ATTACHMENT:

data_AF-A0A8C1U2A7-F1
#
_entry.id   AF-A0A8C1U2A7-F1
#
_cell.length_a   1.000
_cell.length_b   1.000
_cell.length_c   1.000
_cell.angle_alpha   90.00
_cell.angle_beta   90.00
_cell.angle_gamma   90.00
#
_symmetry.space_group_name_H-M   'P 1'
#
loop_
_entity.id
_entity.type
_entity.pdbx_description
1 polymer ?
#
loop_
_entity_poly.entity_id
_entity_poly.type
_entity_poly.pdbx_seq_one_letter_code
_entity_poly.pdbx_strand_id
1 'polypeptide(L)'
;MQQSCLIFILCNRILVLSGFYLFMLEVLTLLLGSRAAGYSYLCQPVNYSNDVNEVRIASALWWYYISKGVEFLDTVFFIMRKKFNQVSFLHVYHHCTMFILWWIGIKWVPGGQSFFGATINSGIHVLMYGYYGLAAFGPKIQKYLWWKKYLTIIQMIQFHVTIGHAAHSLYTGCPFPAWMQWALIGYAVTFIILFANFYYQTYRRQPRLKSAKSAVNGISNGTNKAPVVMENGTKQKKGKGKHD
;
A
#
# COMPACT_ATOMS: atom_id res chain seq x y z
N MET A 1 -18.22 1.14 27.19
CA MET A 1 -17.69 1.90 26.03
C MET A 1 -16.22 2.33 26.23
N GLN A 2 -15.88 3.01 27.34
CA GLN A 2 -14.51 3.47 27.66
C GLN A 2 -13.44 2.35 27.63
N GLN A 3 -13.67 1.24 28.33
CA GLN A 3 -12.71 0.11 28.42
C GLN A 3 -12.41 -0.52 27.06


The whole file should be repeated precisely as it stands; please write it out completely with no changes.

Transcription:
data_AF-A0A8C1U2A7-F1
#
_entry.id   AF-A0A8C1U2A7-F1
#
_cell.length_a   1.000
_cell.length_b   1.000
_cell.length_c   1.000
_cell.angle_alpha   90.00
_cell.angle_beta   90.00
_cell.angle_gamma   90.00
#
_symmetry.space_group_name_H-M   'P 1'
#
loop_
_entity.id
_entity.type
_entity.pdbx_description
1 polymer ?
#
loop_
_entity_poly.entity_id
_entity_poly.type
_entity_poly.pdbx_seq_one_letter_code
_entity_poly.pdbx_strand_id
1 'polypeptide(L)'
;MQQSCLIFILCNRILVLSGFYLFMLEVLTLLLGSRAAGYSYLCQPVNYSNDVNEVRIASALWWYYISKGVEFLDTVFFIMRKKFNQVSFLHVYHHCTMFILWWIGIKWVPGGQSFFGATINSGIHVLMYGYYGLAAFGPKIQKYLWWKKYLTIIQMIQFHVTIGHAAHSLYTGCPFPAWMQWALIGYAVTFIILFANFYYQTYRRQPRLKSAKSAVNGISNGTNKAPVVMENGTKQKKGKGKHD
;
A
#
# COMPACT_ATOMS: atom_id res chain seq x y z
N MET A 1 -18.22 1.14 27.19
CA MET A 1 -17.69 1.90 26.03
C MET A 1 -16.22 2.33 26.23
N GLN A 2 -15.88 3.01 27.34
CA GLN A 2 -14.51 3.47 27.66
C GLN A 2 -13.44 2.35 27.63
N GLN A 3 -13.67 1.24 28.33
CA GLN A 3 -12.71 0.11 28.42
C GLN A 3 -12.41 -0.52 27.06